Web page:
The new fibre line would run from Fort Resolution to Dettah along the bottom of Great Slave Lake. This would connect in turn to a line from Fort Resolution through to Fort Smith, Hay River, and Fort Providence – creating a much more resilient loop up to Yellowknife.

Gillard said Fort Resolution, Fort Smith, and Hay River would also benefit from the work.

Initial work on the new fibre line would involve geotechnical surveys and a bathymetric survey, mapping the lake bottom and checking the depth.

Conversations with Indigenous governments and permitting would need to take place at the same time, Gillard said. He proposed "going halvesies" with the NWT government on work to get the project shovel-ready. While the Taltson hydro expansion project proposes to run a cable under the lake, Gillard rejected the idea of waiting for this, preferring instead for Northwestel to go ahead and lay its own line.

In response to a question from Councillor Steve Payne, Gillard said customers would not see price increases as a result of building the redundant loop. Gillard said this was one reason why Northwestel was proposing to pay for only part of the work.

"If we thought there was an appetite for customers to pay, then yeah, we would make a business case to spend the entire $25 million," he told councillors, "but I know that's not the case. People already pay too much for their internet."

Security patrols

Speaking with Cabin Radio earlier on Monday, Mayor Rebecca Alty said redundancy, speed, and data caps are all critical.

"It really puts a standstill on our whole economy when [the fibre line] goes down," she said of the summer's outages.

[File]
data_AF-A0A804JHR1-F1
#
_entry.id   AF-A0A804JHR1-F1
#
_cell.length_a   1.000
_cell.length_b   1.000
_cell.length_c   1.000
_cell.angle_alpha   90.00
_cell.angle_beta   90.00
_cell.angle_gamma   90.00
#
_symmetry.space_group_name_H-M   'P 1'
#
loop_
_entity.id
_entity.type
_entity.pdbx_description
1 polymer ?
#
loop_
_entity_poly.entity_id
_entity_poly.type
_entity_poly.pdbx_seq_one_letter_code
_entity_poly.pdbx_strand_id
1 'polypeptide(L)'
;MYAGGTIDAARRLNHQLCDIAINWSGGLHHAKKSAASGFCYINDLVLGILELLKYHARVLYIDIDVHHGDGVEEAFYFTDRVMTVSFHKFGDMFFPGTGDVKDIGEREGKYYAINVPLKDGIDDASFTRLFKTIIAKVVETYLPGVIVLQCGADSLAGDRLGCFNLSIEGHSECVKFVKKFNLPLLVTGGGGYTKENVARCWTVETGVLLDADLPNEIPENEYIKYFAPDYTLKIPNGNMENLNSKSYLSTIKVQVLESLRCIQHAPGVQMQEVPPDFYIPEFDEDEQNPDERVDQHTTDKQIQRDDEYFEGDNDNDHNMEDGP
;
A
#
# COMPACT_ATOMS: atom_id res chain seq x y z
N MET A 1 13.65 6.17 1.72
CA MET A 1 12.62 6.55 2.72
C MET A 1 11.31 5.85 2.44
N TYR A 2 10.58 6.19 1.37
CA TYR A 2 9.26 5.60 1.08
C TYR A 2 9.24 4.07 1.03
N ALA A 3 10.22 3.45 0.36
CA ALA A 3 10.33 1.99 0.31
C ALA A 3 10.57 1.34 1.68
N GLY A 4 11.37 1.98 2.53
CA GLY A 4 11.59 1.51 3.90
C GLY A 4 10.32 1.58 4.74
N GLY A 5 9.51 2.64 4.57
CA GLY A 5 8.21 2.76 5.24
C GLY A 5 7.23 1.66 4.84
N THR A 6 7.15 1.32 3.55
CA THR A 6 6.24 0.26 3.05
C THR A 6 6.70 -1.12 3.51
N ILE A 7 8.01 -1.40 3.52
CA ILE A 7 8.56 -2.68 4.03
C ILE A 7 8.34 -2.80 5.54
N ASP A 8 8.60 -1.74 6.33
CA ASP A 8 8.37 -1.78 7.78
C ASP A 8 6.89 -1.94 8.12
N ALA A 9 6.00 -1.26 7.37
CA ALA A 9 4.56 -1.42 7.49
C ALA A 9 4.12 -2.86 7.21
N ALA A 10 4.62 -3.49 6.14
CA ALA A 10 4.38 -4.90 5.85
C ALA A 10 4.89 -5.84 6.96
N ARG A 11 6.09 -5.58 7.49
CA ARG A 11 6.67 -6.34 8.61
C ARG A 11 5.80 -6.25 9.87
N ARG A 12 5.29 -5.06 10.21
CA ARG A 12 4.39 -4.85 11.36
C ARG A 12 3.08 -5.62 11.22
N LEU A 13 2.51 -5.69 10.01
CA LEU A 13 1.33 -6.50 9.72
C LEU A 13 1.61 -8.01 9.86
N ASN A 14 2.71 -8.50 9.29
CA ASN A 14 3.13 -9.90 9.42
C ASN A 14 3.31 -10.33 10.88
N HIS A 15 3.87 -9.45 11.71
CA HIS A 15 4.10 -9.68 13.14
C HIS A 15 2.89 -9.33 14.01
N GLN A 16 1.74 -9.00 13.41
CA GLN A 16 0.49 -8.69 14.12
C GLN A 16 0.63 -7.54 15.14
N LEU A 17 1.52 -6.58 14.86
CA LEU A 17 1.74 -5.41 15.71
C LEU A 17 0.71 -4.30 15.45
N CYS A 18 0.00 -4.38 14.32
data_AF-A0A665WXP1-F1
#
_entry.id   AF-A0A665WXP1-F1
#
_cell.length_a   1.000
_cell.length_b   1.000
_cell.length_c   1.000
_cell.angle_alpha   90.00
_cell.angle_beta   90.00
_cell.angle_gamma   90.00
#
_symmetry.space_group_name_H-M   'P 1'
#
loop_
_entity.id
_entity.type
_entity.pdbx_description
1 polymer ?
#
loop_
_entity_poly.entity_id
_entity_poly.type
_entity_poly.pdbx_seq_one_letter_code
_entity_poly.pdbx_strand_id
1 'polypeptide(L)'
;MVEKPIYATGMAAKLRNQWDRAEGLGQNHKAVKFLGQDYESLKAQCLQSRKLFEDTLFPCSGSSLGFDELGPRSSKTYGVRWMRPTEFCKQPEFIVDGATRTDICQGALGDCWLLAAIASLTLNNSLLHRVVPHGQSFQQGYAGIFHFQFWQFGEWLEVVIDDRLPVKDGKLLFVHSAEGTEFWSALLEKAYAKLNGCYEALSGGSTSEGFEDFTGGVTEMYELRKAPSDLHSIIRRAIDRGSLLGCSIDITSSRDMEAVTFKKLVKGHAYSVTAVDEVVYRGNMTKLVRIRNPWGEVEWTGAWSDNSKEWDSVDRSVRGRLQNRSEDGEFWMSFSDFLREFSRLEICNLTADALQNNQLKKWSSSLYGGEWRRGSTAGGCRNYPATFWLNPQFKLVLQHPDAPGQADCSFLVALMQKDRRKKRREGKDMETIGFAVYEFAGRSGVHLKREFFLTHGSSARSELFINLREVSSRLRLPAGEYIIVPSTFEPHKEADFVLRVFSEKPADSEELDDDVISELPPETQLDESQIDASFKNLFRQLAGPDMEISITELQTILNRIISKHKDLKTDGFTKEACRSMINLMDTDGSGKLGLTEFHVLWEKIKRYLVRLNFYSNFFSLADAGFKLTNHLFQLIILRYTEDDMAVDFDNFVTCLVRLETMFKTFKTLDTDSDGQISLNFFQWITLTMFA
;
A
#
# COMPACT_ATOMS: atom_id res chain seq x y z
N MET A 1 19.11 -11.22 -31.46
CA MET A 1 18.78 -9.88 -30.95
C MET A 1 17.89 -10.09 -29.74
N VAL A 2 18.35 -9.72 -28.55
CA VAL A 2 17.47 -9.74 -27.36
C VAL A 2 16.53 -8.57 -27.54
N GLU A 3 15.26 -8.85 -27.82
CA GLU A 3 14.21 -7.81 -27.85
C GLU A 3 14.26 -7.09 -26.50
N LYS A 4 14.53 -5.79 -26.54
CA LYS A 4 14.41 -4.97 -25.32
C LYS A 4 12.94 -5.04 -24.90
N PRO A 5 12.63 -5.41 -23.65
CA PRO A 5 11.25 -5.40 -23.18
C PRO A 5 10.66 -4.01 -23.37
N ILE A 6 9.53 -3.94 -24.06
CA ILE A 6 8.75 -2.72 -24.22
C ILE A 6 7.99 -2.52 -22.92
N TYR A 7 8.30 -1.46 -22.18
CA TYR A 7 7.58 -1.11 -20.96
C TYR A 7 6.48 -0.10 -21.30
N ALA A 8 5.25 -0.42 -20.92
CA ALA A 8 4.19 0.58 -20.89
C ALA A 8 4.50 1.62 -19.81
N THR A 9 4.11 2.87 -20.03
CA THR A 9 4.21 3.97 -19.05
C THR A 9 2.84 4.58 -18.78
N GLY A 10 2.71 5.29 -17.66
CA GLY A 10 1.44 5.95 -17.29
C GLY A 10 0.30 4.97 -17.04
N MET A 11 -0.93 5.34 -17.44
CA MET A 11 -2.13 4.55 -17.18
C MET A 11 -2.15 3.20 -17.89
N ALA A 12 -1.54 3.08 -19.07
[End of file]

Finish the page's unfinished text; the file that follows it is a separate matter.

Gillard acknowledged small businesses were particularly impacted by the outages, one of which happened during the annual Folk on the Rocks music festival.

In the short term, he said, some efforts have been made to avoid outages. However, he said those were only stopgap measures.

"We have raised what we call slack loops, which are areas where the fibre dips a little bit lower. We have installed a few surveillance cameras running up and down the fibre line. We're paying for some private security to actually patrol it," Gillard said.

"As many times as a security guard goes up and down that road, that's not going to protect you from forest fires. It's not going to protect you from a lightning strike and so on. There are still risks to that non-redundant asset as long as it is, in fact, not redundant."

In the medium term, radios are being installed that could bring functionality during a fibre outage from just one or two percent of Yellowknife's normal bandwidth up to six percent.